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Hello. I appreciate the fact that, in this world of aggregators and social media, you have taken the time to visit an actual website. Mine isn’t much at the moment, but it’s home. And it is a convenient place for me to direct your attention to some entertainments which I have produced or have helped to produce, some of which you might feel inspired to pay money for, and some of which are free from any inducements regarding matters financial. Starting with the former category, here are some things of which you might wish to be aware:

  • I contribute puzzles regularly to the posh-yet-pottymouthed American Values Club Crossword (formerly the Onion AV Club Crossword, now available via subscription), which also features many other fine constructors besides me, some of whom I exchange daily IMs with about theme entries and 90s alternative rock reissues (okay, that’s really just Brendan).
  • You like puzzle books? Because, friend, I tell you what: I write a lot of those. Some of my most recent ones (and some older ones that I’m particularly fond of) include Brain Games for Word Nerds, Sudoku in Space, Trivial Pursuit Crosswords, Boss Lady Word Search Puzzles, and more.
  • Also my day job is editing puzzle books for Puzzlewright Press, and here are some books that I’ve edited which you would be flat-out crazy not to own: Patrick Berry’s Puzzle Masterpieces; Thomas Snyder and Wei-Hwa Huang’s Mutant Sudoku and Tight Fit Sudoku; Mike Selinker and Thomas Snyder’s Puzzlecraft; Todd McClary and Patrick Berry’s Crowd-Pleasing Puzzles; and others which people will probably be offended I left off, but frankly it’s time I got back to talking about me.
  • Custom puzzles: I will totally write those for you for money. I’ve been commissioned to write a wedding proposal puzzle, a wedding ceremony puzzle, and if you want one, I’ll write a serving-divorce-papers puzzle, because at that point you could probably stand to lighten the mood. How much? Depends! But probably more than your first guess. For instance, when Thomas Dolby was looking for someone to write a Thomas Dolby-themed puzzle, his first guess was “nothing” (as was his last guess). That was much, much too low! Anyway, e-mail me if that’s a thing you’re interested in.
  • I also am a sometime humor writer. My collection of anagrammatic poetry and play pastiches, Holy Tango of Literature, is way the heck out of print but used copies are available in the places you would expect, or you can read it on Google Books or in the CC-licensed ebook version. That book began its life as a series on the vintage zombie website Modern Humorist, also featuring Hansel and Grendel, First Draft: Aphorisms, among other drolleries. And I wrote a few thingies for Timothy McSweeney’s Internet Tendency back in “the day.”
  • Oh and I’ve written cartoons and musicals and anagram songs and blog-type-things, my favorites of which will be archived here at some point but I’m still working on that. See the site directory over on the side of the thing and maybe there are links over there with stuff like that in them.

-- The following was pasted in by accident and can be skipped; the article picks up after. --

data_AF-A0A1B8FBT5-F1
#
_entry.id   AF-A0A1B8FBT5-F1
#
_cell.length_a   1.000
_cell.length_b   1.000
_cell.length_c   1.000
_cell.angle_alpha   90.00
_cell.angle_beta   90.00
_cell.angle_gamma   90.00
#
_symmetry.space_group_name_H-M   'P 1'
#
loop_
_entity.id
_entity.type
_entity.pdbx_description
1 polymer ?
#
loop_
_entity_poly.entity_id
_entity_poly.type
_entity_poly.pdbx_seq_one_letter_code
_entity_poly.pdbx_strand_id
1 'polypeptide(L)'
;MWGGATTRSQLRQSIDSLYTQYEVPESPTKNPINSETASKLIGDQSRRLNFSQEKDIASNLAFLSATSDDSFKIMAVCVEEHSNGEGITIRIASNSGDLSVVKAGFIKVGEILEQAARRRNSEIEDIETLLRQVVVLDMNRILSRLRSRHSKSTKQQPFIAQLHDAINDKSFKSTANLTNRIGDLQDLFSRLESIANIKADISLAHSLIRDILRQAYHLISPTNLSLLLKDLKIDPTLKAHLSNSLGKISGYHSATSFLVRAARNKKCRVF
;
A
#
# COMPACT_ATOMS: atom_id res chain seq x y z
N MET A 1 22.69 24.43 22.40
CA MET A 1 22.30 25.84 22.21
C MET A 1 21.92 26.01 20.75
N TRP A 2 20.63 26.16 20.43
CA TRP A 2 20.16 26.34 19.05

Please enjoy your stay.

17 thoughts on “Home

  1. I am loving this fresh, cool website with all of its content. The things you discuss are *exactly* what I have been thinking about for so long and the way you discuss them is poignant yet remarkable, and pognant. You should also check out me website, and I think we will have a lot to say to each other at freeonlinepharmacieperskriptions.edu chat with pognant russian girl in your town

  2. why is there so few cryptogram books. They are my favorite puzzles to do. Are there any books from many years ago that can still be purchased.

  3. I completed “The Sudoku Code” and thoroughly enjoyed the challenge and immediately started looking for another. No luck. Is this the first and only one you have done? I would appreciate your reply. Thanks
    Gerry

    • Glad you enjoyed it! We talked about doing a sequel, but it didn’t happen, unfortunately. Both Frank Longo and I have worked on other sudoku books, though. You might like his “Brain Aerobics Wordoku,” which does not have the overarching meta structure of “The Sudoku Code,” but does have a hidden word in each grid; or if you want to try something different, I wrote a book of sci-fi-themed sudoku variants entitled “Sudoku in Space,” which I’m particularly proud of.

  4. I just read some of the Holy Tango poems online. I like them so much I am on my way to Amazon to find a paper copy to buy (if I can afford it) – I feel guilty enjoying myself so much without you benefiting at all. I don’t have the brainpower for the more challenging puzzles, but do like crosswords and will look for yours. You really ought to join the Oedilf project, the limerick dictionary: http://www.oedilf.com/db/Lim.php , no money but great fun, for those who can. May you enjoy great success and satisfaction, and may your wonderful talent delight people for at least another hundred years. JM

  5. I didn’t know what I was ‘infor’ when I bought your “Suduko Code” puzzle book. I have never been so challenged as I have been with your ‘cruel’ puzzles. Once I got used to using letters as place holders instead of making words; I had a great time; thankyou.

  6. Hi Francis, I am slowly getting into the puzzle writing world with my new word puzzle Snakeword. Similar to a crossword but the answers change direction every time you use a vowel. Please give it a try. The website will be given a whole new look very soon to look less homemade. I love your guess the song from the lyrics game. I will try that as am a big music fan. We play a game of picking a subject and then matching song titles or bands/singers to it. They start of sensibly and then get into puns. On the subject of sleeping we had ‘tears on my pillow’, ‘bed of roses’ but my personal favourite was ‘Duvet know it’s Christmas’. I nearly crashed the car I was laughing so much!
    Anyway shameless plug: Check out http://www.snakeword.com and as a puzzle guru any advice is greatly appreciated.